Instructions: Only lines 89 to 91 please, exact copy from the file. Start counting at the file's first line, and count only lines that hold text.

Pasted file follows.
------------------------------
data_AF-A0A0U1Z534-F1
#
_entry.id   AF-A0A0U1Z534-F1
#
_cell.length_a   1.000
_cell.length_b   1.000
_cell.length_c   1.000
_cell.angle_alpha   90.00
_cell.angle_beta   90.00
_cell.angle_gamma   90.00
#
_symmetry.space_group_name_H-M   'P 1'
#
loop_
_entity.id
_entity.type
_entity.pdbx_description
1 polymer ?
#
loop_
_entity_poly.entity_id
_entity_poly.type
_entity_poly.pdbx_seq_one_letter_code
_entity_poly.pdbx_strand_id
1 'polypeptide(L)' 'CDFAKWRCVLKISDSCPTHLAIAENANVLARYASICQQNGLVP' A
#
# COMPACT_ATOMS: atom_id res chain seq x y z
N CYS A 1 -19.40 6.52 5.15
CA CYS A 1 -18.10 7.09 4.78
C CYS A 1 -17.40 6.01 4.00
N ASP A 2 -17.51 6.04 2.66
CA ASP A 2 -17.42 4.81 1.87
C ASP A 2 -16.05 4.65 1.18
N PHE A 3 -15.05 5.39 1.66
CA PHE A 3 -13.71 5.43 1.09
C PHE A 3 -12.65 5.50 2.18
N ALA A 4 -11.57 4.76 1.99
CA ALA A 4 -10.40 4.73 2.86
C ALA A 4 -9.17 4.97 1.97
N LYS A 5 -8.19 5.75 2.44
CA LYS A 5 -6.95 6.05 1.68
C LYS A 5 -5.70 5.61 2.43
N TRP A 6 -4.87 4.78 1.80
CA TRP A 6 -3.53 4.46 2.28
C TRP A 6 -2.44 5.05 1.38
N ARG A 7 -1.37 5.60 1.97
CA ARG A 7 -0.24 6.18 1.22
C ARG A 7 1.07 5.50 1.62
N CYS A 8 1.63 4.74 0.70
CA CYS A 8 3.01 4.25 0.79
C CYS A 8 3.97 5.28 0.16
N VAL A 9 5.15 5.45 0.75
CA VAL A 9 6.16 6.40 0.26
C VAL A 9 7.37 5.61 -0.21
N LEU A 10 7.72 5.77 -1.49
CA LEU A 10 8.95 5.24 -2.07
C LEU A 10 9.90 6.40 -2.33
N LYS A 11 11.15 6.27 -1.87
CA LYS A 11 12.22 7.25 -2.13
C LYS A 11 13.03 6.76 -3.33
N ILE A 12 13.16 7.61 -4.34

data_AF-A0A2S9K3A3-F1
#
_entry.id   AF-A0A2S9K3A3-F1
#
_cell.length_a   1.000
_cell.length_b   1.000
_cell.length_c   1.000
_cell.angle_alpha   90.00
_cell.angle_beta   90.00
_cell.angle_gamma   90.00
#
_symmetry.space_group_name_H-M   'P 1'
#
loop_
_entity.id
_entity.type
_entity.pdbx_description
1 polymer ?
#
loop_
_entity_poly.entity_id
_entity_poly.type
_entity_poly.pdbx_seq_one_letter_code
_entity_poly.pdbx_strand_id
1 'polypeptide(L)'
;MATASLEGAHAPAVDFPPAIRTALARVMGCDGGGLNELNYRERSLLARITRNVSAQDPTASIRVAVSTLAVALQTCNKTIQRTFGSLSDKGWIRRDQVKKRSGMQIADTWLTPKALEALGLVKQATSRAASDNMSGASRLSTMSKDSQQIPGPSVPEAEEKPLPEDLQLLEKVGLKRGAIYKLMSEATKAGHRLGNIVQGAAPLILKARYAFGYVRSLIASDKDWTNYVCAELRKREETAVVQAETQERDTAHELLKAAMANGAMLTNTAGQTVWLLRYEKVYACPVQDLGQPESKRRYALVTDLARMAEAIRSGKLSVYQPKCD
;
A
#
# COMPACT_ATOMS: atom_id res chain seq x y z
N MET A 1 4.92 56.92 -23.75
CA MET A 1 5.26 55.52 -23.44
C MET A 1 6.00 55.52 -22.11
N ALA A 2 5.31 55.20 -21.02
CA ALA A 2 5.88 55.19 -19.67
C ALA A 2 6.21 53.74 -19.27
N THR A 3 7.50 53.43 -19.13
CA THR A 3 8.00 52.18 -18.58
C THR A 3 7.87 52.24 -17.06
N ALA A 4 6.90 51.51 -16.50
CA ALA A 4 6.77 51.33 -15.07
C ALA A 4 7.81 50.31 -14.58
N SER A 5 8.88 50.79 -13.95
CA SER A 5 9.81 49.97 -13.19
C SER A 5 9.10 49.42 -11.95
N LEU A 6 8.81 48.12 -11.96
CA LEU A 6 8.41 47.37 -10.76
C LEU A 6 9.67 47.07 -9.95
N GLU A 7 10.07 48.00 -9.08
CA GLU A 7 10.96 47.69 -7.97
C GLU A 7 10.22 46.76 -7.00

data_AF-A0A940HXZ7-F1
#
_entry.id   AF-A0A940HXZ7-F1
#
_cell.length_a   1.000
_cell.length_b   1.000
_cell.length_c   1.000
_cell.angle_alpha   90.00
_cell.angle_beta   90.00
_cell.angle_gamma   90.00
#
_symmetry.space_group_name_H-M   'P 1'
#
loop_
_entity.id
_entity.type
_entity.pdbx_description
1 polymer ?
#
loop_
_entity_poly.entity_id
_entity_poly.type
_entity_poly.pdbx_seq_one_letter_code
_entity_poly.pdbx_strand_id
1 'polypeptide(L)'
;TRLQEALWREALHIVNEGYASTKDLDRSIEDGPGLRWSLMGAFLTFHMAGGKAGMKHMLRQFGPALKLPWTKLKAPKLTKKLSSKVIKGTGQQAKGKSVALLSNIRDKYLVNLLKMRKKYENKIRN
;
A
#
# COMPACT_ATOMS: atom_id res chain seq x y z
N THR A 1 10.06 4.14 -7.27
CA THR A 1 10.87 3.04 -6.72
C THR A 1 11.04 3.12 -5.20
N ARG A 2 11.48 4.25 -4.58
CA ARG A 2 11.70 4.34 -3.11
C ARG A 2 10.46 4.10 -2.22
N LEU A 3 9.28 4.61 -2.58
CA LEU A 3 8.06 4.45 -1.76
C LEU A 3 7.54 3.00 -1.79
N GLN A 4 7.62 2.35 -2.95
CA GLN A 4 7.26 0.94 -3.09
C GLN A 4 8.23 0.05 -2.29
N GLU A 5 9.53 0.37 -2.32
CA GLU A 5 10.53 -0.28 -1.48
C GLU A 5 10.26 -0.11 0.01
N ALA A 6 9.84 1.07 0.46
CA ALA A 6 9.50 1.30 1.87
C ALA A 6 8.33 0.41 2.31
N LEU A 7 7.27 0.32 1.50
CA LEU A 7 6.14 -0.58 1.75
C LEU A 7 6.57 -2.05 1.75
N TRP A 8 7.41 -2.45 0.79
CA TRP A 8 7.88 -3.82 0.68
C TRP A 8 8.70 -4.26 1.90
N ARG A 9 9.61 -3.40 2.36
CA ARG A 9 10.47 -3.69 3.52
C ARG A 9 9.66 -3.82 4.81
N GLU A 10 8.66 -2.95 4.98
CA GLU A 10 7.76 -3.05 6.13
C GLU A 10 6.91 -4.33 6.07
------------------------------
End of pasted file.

A
#
# COMPACT_ATOMS: atom_id res chain seq x y z